Copyright ©The Author(s) 2021. Published by Baishideng Publishing Group Inc. All rights reserved.
World J Transplant. Dec 18, 2021; 11(12): 503-511
Published online Dec 18, 2021. doi: 10.5500/wjt.v11.i12.503
Solid organ transplantations and COVID-19 disease
Emine Aylin Yılmaz, Öner Özdemir
Emine Aylin Yılmaz, Öner Özdemir, Division of Pediatric Allergy and Immunology, Sakarya University Medical Faculty, Adapazarı 54100, Sakarya, Turkey
Author contributions: Yılmaz EA and Özdemir Ö wrote the mini-review.
Open-Access: This article is an open-access article that was selected by an in-house editor and fully peer-reviewed by external reviewers. It is distributed in accordance with the Creative Commons Attribution NonCommercial (CC BY-NC 4.0) license, which permits others to distribute, remix, adapt, build upon this work non-commercially, and license their derivative works on different terms, provided the original work is properly cited and the use is non-commercial. See:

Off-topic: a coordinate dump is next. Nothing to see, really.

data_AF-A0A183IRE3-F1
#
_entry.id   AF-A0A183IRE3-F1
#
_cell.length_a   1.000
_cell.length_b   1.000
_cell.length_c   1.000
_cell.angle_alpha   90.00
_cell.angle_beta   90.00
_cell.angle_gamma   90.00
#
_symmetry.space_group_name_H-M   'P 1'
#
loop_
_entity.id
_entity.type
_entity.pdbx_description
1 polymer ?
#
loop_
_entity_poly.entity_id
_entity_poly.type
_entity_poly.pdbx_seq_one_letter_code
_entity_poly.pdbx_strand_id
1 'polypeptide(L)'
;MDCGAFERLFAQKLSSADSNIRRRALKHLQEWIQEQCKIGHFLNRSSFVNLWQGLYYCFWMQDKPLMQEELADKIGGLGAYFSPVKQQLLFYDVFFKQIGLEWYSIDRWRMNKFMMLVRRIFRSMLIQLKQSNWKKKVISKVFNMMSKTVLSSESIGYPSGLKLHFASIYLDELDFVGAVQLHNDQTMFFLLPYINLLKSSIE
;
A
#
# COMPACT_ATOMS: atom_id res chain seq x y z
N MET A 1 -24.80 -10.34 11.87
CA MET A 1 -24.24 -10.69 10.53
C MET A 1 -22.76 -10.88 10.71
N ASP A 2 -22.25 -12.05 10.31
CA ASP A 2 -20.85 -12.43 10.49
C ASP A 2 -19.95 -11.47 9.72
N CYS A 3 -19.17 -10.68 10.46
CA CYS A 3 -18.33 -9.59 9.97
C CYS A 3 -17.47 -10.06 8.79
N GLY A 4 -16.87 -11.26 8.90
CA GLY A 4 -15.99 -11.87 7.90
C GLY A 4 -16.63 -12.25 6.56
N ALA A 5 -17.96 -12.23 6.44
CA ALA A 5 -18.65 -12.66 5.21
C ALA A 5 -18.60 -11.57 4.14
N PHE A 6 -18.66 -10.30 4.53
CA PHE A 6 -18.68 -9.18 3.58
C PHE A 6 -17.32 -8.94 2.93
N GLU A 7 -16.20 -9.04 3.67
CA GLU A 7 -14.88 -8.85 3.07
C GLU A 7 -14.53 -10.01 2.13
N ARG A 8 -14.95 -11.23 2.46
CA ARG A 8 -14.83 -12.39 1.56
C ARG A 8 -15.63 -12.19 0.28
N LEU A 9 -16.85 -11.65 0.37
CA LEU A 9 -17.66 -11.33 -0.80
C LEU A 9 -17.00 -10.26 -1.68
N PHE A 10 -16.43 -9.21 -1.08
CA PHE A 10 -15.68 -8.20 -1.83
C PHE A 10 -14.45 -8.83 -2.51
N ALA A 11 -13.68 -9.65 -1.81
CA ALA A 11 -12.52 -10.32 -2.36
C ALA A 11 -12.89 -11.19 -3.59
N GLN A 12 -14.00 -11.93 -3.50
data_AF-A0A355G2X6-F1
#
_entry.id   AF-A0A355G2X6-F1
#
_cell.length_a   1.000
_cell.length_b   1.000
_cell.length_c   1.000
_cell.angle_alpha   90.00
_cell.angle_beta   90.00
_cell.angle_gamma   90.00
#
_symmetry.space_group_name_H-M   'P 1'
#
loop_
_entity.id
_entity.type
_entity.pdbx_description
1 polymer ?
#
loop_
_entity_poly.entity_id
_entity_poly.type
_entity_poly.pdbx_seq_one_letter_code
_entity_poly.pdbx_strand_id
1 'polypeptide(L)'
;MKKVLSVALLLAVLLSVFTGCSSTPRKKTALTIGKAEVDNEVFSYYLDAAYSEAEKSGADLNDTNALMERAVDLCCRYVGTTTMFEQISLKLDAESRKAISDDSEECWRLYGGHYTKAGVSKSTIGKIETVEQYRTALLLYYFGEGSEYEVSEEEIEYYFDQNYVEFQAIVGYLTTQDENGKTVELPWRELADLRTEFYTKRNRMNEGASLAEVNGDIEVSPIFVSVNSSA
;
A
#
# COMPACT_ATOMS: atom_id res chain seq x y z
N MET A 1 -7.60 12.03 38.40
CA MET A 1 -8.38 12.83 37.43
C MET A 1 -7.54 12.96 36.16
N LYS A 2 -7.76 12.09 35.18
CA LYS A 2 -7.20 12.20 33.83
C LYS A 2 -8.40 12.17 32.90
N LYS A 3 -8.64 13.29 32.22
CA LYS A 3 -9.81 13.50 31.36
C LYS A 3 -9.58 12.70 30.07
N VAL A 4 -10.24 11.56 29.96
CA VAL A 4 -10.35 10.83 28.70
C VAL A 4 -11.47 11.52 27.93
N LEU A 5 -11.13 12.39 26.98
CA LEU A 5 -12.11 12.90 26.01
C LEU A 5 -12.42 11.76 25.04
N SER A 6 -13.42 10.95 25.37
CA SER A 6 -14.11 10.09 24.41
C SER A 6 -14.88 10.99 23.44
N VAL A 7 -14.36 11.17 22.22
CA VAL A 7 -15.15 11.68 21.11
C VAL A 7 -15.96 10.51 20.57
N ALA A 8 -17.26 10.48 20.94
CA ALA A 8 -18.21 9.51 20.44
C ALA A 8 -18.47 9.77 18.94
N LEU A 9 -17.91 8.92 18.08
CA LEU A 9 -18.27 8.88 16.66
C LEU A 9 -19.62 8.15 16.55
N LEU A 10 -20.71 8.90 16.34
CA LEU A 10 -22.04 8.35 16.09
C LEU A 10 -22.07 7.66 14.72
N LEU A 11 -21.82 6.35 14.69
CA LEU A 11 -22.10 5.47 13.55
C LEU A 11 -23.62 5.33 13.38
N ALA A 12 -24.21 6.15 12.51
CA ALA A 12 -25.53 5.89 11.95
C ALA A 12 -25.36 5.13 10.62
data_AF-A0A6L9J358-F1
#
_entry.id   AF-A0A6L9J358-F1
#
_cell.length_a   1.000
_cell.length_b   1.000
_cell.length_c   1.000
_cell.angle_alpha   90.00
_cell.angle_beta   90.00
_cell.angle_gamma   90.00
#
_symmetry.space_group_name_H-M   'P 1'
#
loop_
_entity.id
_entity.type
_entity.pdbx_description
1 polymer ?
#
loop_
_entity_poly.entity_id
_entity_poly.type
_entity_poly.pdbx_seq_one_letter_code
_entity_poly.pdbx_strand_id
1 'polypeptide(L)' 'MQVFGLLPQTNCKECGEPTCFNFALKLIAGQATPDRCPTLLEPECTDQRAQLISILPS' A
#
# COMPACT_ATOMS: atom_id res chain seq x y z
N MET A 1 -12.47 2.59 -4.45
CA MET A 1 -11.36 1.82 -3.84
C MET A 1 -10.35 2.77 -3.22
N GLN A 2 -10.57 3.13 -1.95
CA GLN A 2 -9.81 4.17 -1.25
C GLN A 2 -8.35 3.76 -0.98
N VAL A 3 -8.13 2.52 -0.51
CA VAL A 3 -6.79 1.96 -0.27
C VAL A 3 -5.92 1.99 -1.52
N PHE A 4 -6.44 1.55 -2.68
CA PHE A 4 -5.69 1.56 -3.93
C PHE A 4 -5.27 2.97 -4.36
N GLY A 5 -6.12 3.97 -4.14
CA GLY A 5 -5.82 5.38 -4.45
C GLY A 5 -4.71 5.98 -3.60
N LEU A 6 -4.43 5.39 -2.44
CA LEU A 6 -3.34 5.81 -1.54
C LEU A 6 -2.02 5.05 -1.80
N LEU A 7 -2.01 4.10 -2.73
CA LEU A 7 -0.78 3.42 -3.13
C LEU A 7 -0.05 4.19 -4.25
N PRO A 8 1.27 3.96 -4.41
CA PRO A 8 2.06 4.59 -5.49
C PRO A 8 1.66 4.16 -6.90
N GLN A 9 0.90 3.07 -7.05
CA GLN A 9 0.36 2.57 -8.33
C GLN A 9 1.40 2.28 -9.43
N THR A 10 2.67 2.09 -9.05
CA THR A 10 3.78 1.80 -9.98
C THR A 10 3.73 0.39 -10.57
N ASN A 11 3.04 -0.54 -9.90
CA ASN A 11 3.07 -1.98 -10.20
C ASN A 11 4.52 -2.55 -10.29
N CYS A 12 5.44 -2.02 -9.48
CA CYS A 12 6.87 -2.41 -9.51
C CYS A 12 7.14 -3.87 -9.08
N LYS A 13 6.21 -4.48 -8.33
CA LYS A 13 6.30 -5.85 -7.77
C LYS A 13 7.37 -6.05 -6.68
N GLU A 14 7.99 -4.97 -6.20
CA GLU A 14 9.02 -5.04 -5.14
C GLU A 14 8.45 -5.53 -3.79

Corresponding author: Öner Özdemir, MD, Full Professor, Division of Pediatric Allergy and Immunology, Sakarya University Medical Faculty, Adnan Menderes Cad., Adapazarı 54100, Sakarya, Turkey.
Received: July 6, 2021
Peer-review started: July 6, 2021
First decision: July 28, 2021
Revised: August 4, 2021
Accepted: November 14, 2021
Article in press: November 14, 2021
Published online: December 18, 2021
Core Tip

Core Tip: Coronavirus disease 2019 (COVID-19) has not only interrupted the lives of waiting list patients’; it has additionally impacted transplantation policies, transplant surgeries and broken donation chains. Revised guidelines should advise to continue cyclosporine use as an immunosuppressant to the patients during COVID-19 disease excluding some of patients having kidney failure, severe leucopenia or high serum cyclosporine levels.